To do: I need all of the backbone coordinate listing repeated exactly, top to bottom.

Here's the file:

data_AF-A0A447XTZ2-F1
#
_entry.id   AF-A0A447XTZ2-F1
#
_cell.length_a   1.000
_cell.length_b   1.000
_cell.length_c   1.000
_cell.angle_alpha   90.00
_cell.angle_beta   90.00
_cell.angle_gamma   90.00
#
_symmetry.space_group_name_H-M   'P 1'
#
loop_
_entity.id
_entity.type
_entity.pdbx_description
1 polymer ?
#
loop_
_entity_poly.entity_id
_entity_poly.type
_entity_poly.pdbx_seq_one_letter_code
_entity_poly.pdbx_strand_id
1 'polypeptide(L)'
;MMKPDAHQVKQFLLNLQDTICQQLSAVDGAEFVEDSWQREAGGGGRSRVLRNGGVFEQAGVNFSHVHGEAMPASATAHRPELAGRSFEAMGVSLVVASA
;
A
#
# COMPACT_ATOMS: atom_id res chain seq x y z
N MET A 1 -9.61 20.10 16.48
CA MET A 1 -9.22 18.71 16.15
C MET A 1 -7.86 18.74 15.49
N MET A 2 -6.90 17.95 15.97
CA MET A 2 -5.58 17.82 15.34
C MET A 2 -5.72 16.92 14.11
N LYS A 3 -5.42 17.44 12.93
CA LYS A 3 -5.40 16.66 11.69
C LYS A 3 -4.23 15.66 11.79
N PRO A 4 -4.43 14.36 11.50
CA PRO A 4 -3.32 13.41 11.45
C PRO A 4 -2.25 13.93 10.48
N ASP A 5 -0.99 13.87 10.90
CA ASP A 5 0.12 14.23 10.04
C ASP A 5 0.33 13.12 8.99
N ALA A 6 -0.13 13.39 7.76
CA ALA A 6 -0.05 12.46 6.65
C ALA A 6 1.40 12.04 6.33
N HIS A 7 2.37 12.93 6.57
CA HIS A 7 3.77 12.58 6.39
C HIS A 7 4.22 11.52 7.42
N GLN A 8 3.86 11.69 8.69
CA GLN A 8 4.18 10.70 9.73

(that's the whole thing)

data_AF-A0A447XTZ2-F1
#
_entry.id   AF-A0A447XTZ2-F1
#
_cell.length_a   1.000
_cell.length_b   1.000
_cell.length_c   1.000
_cell.angle_alpha   90.00
_cell.angle_beta   90.00
_cell.angle_gamma   90.00
#
_symmetry.space_group_name_H-M   'P 1'
#
loop_
_entity.id
_entity.type
_entity.pdbx_description
1 polymer ?
#
loop_
_entity_poly.entity_id
_entity_poly.type
_entity_poly.pdbx_seq_one_letter_code
_entity_poly.pdbx_strand_id
1 'polypeptide(L)'
;MMKPDAHQVKQFLLNLQDTICQQLSAVDGAEFVEDSWQREAGGGGRSRVLRNGGVFEQAGVNFSHVHGEAMPASATAHRPELAGRSFEAMGVSLVVASA
;
A
#
# COMPACT_ATOMS: atom_id res chain seq x y z
N MET A 1 -9.61 20.10 16.48
CA MET A 1 -9.22 18.71 16.15
C MET A 1 -7.86 18.74 15.49
N MET A 2 -6.90 17.95 15.97
CA MET A 2 -5.58 17.82 15.34
C MET A 2 -5.72 16.92 14.11
N LYS A 3 -5.42 17.44 12.93
CA LYS A 3 -5.40 16.66 11.69
C LYS A 3 -4.23 15.66 11.79
N PRO A 4 -4.43 14.36 11.50
CA PRO A 4 -3.32 13.41 11.45
C PRO A 4 -2.25 13.93 10.48
N ASP A 5 -0.99 13.87 10.90
CA ASP A 5 0.12 14.23 10.04
C ASP A 5 0.33 13.12 8.99
N ALA A 6 -0.13 13.39 7.76
CA ALA A 6 -0.05 12.46 6.65
C ALA A 6 1.40 12.04 6.33
N HIS A 7 2.37 12.93 6.57
CA HIS A 7 3.77 12.58 6.39
C HIS A 7 4.22 11.52 7.42
N GLN A 8 3.86 11.69 8.69
CA GLN A 8 4.18 10.70 9.73